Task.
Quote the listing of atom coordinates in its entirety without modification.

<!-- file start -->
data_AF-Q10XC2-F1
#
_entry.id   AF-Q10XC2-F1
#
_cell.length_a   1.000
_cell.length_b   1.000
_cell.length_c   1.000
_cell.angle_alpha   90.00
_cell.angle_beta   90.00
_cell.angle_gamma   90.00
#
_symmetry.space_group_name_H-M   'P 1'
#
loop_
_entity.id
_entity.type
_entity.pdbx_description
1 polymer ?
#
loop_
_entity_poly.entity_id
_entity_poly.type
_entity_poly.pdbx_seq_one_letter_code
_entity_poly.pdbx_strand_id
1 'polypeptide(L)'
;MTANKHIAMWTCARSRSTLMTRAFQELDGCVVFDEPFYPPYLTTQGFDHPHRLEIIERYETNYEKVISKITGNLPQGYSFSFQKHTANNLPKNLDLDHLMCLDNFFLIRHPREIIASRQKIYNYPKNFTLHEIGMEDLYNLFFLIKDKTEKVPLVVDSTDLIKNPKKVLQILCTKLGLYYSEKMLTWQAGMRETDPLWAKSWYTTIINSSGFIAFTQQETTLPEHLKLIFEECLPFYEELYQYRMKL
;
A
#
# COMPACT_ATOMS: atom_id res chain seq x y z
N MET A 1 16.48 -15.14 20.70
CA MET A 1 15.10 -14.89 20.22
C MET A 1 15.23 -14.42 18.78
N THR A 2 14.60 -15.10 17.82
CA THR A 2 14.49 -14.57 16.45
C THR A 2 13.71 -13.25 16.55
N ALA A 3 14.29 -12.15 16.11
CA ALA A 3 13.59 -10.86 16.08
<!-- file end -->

data_AF-Q10XC2-F1
#
_entry.id   AF-Q10XC2-F1
#
_cell.length_a   1.000
_cell.length_b   1.000
_cell.length_c   1.000
_cell.angle_alpha   90.00
_cell.angle_beta   90.00
_cell.angle_gamma   90.00
#
_symmetry.space_group_name_H-M   'P 1'
#
loop_
_entity.id
_entity.type
_entity.pdbx_description
1 polymer ?
#
loop_
_entity_poly.entity_id
_entity_poly.type
_entity_poly.pdbx_seq_one_letter_code
_entity_poly.pdbx_strand_id
1 'polypeptide(L)'
;MTANKHIAMWTCARSRSTLMTRAFQELDGCVVFDEPFYPPYLTTQGFDHPHRLEIIERYETNYEKVISKITGNLPQGYSFSFQKHTANNLPKNLDLDHLMCLDNFFLIRHPREIIASRQKIYNYPKNFTLHEIGMEDLYNLFFLIKDKTEKVPLVVDSTDLIKNPKKVLQILCTKLGLYYSEKMLTWQAGMRETDPLWAKSWYTTIINSSGFIAFTQQETTLPEHLKLIFEECLPFYEELYQYRMKL
;
A
#
# COMPACT_ATOMS: atom_id res chain seq x y z
N MET A 1 16.48 -15.14 20.70
CA MET A 1 15.10 -14.89 20.22
C MET A 1 15.23 -14.42 18.78
N THR A 2 14.60 -15.10 17.82
CA THR A 2 14.49 -14.57 16.45
C THR A 2 13.71 -13.25 16.55
N ALA A 3 14.29 -12.15 16.11
CA ALA A 3 13.59 -10.86 16.08